Last edited by Ken Nadvornick; 07-05-2012 at 02:30 AM. Click to view previous post history.
Reason: Added Thomas Duplex example...
"They are the proof that something was there and no longer is. Like a stain. And the stillness of them is boggling. You can turn away but when you come back they’ll still be there looking at you."
— Diane Arbus, March 15, 1971, in response to a request for a brief statement about photographs
I can second that not all red LEDs are safe. Using the CD/prism test, I could see that of the three red LEDs, which I have tried, all have differing amounts of non-red ingredients, green mainly, when refracted this way. My current one is a rather very bright, powerful 4W red LED. Using the Kodak safelight test (http://motion.kodak.com/motion/uploa...light_1106.pdf), I was getting fogging at even a 1 minute exposures to the LED safelight, which was pointed at the ceiling, about 2m away. However, having dimmed it by means of an ND filter made out of an exposed/processed sheet of film (transmission density 1.4), it passes the standard Kodak test and is safe up to a 14 minute exposure. It is still very bright, much more than any other safelight I had before.
I will try a different make, lower wattage red LED bulb, with and without a standard red safelight filter, some time this month.
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I use the same(tail-light) which have four LEDs that take 2xAAA.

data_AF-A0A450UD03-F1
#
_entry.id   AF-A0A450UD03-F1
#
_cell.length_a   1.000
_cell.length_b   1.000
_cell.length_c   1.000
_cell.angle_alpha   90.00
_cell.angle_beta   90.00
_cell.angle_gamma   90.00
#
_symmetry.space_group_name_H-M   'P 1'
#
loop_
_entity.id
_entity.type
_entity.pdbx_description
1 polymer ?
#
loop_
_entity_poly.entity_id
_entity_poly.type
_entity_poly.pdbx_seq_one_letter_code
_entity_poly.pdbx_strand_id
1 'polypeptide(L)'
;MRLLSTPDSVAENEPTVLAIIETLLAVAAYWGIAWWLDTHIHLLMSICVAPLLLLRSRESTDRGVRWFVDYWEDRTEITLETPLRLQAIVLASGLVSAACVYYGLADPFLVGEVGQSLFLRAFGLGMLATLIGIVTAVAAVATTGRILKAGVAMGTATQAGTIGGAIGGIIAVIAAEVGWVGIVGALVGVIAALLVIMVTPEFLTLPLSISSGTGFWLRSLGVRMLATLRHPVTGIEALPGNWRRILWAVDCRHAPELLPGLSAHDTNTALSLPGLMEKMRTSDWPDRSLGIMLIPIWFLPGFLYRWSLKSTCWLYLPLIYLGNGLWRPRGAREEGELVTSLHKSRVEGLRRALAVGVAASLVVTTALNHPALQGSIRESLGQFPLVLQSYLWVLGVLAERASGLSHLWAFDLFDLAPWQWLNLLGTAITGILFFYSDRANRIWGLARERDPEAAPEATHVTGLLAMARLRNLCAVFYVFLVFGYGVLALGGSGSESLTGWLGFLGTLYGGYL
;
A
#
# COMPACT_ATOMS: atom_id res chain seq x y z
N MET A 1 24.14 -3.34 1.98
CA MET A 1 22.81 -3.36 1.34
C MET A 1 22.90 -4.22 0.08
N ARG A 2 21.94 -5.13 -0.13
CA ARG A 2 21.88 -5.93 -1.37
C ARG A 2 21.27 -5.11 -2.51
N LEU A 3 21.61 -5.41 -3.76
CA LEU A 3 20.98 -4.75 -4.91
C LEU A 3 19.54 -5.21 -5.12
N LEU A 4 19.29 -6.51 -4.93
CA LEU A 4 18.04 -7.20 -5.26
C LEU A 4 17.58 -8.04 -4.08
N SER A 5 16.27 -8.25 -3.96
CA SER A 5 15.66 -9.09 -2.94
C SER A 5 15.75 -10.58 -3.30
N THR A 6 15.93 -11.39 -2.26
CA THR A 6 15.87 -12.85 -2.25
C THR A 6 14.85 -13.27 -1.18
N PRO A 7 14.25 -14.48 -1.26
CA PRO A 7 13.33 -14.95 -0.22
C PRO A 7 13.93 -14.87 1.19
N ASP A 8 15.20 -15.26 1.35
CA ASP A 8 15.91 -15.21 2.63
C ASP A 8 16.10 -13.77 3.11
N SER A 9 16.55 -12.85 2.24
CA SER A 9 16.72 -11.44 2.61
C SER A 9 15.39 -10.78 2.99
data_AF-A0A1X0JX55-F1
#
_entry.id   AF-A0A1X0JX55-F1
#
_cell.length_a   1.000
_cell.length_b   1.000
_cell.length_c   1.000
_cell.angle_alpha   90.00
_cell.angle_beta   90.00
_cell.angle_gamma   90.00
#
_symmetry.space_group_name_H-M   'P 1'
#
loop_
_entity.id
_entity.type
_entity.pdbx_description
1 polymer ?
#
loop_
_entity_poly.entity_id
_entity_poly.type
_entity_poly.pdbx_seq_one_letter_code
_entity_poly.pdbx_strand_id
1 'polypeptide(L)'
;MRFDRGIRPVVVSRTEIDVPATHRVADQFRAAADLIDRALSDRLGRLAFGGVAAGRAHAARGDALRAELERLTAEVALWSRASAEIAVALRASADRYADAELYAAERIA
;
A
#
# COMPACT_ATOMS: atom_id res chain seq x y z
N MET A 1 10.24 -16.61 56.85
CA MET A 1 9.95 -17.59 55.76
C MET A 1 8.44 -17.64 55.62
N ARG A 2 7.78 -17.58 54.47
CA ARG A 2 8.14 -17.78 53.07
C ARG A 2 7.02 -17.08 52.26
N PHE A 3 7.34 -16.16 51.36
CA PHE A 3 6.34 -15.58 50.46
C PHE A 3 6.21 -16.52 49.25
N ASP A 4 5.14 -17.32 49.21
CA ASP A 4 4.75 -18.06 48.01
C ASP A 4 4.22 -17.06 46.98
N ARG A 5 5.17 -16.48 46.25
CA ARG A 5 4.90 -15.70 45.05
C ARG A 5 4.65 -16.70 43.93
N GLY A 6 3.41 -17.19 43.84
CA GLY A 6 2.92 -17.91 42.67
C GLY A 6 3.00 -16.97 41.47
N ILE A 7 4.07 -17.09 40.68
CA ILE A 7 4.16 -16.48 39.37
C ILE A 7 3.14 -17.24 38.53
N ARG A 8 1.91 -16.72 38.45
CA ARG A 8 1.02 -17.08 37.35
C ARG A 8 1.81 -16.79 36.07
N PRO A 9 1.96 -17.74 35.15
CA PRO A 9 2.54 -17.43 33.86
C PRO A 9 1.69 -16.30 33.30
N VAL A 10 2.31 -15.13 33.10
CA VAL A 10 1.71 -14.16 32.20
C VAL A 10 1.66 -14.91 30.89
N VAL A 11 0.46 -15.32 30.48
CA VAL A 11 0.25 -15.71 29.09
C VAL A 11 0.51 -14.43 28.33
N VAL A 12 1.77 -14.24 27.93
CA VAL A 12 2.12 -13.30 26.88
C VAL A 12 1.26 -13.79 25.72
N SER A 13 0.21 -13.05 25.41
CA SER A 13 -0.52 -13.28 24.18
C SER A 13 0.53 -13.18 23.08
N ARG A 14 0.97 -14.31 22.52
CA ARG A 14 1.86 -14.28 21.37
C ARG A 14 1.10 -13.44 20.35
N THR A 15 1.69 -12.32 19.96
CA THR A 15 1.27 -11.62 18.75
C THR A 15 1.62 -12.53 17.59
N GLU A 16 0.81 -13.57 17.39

Originally Posted by polyglot
OM-1n: Do I need to own a Leica?
Rolleicord Va: Humble.
Holga 120GFN: Amazingly simple yet it produces outstanding negatives to print.
I have to wonder if the "out of spec" wavelength described by Ken may be due to sample-to-sample variations as opposed to design specs.
Good to know about the Roscoe gel for the Thomas Duplex. One sheet will easily do both filters.
"Far more critical than what we know or do not know is what we do not want to know." - Eric Hoffer
No, LED wavelengths are a function of the chemistry used; you get one wavelength for each electron bandgap in the semiconductors used. You can get variations in relative intensity of the different wavelengths between batches due to varying mixtures of dopants, but the presence or lack of a particular wavelength is all down to the chosen dopants.
Originally Posted by mgb74
Different brands will have different selections of wavelengths (chosen from a handful of basic chemical options); if one LED from a brand has a bunch of parasitic emissions then all of them will. Likewise for a monochrome LED, all the LEDs of that design will be monochrome.
White LEDs are an exception as they are based on a phosphor excited by an UV LED, so they have a weirder spectrum that's much more subject to tweaking and variation.
The most effective contemporary white LEDs are actually based on blue InGaN (indium gallium nitride) LEDs (usually epitaxial layer on top of the SiC substrate), rather than UV LEDs. but that's bit irrelevant to the topic, sorry...
Last edited by Lukas_87; 07-06-2012 at 05:09 AM. Click to view previous post history.
Reason: typing error
I'm an overkill guy. I built a safelight using both red and white LEDs from superbrightleds which are then filtered through Kodak safelight filters. For an extra few dollars I also put a dimmer on it (pulse width modulation dimmer from superbrightleds). I've tested safe times with my Ilford paper out to 45 minutes for fun. No fogging. Didn't bother testing longer. I get very long safe times for Ortho films too, which is very handy for making masks.